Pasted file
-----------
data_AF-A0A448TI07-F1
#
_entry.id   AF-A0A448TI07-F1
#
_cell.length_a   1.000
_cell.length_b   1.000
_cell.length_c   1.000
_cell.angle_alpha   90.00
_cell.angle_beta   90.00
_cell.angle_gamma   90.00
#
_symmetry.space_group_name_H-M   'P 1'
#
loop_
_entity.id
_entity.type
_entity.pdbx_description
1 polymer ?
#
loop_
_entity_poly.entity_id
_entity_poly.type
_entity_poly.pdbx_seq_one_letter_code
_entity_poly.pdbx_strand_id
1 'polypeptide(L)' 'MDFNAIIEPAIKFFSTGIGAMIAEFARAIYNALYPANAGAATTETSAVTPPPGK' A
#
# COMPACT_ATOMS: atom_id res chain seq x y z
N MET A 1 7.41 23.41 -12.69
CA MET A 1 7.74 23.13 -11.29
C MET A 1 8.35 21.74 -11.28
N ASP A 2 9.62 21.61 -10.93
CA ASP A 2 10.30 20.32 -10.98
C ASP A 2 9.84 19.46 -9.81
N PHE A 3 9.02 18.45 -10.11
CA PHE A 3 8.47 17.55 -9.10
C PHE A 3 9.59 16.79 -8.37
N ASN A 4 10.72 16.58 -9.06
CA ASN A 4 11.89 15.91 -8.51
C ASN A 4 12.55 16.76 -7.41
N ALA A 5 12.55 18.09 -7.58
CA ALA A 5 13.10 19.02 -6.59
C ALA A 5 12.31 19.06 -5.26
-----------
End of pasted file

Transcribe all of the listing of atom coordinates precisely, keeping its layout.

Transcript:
data_AF-A0A448TI07-F1
#
_entry.id   AF-A0A448TI07-F1
#
_cell.length_a   1.000
_cell.length_b   1.000
_cell.length_c   1.000
_cell.angle_alpha   90.00
_cell.angle_beta   90.00
_cell.angle_gamma   90.00
#
_symmetry.space_group_name_H-M   'P 1'
#
loop_
_entity.id
_entity.type
_entity.pdbx_description
1 polymer ?
#
loop_
_entity_poly.entity_id
_entity_poly.type
_entity_poly.pdbx_seq_one_letter_code
_entity_poly.pdbx_strand_id
1 'polypeptide(L)' 'MDFNAIIEPAIKFFSTGIGAMIAEFARAIYNALYPANAGAATTETSAVTPPPGK' A
#
# COMPACT_ATOMS: atom_id res chain seq x y z
N MET A 1 7.41 23.41 -12.69
CA MET A 1 7.74 23.13 -11.29
C MET A 1 8.35 21.74 -11.28
N ASP A 2 9.62 21.61 -10.93
CA ASP A 2 10.30 20.32 -10.98
C ASP A 2 9.84 19.46 -9.81
N PHE A 3 9.02 18.45 -10.11
CA PHE A 3 8.47 17.55 -9.10
C PHE A 3 9.59 16.79 -8.37
N ASN A 4 10.72 16.58 -9.06
CA ASN A 4 11.89 15.91 -8.51
C ASN A 4 12.55 16.76 -7.41
N ALA A 5 12.55 18.09 -7.58
CA ALA A 5 13.10 19.02 -6.59
C ALA A 5 12.31 19.06 -5.26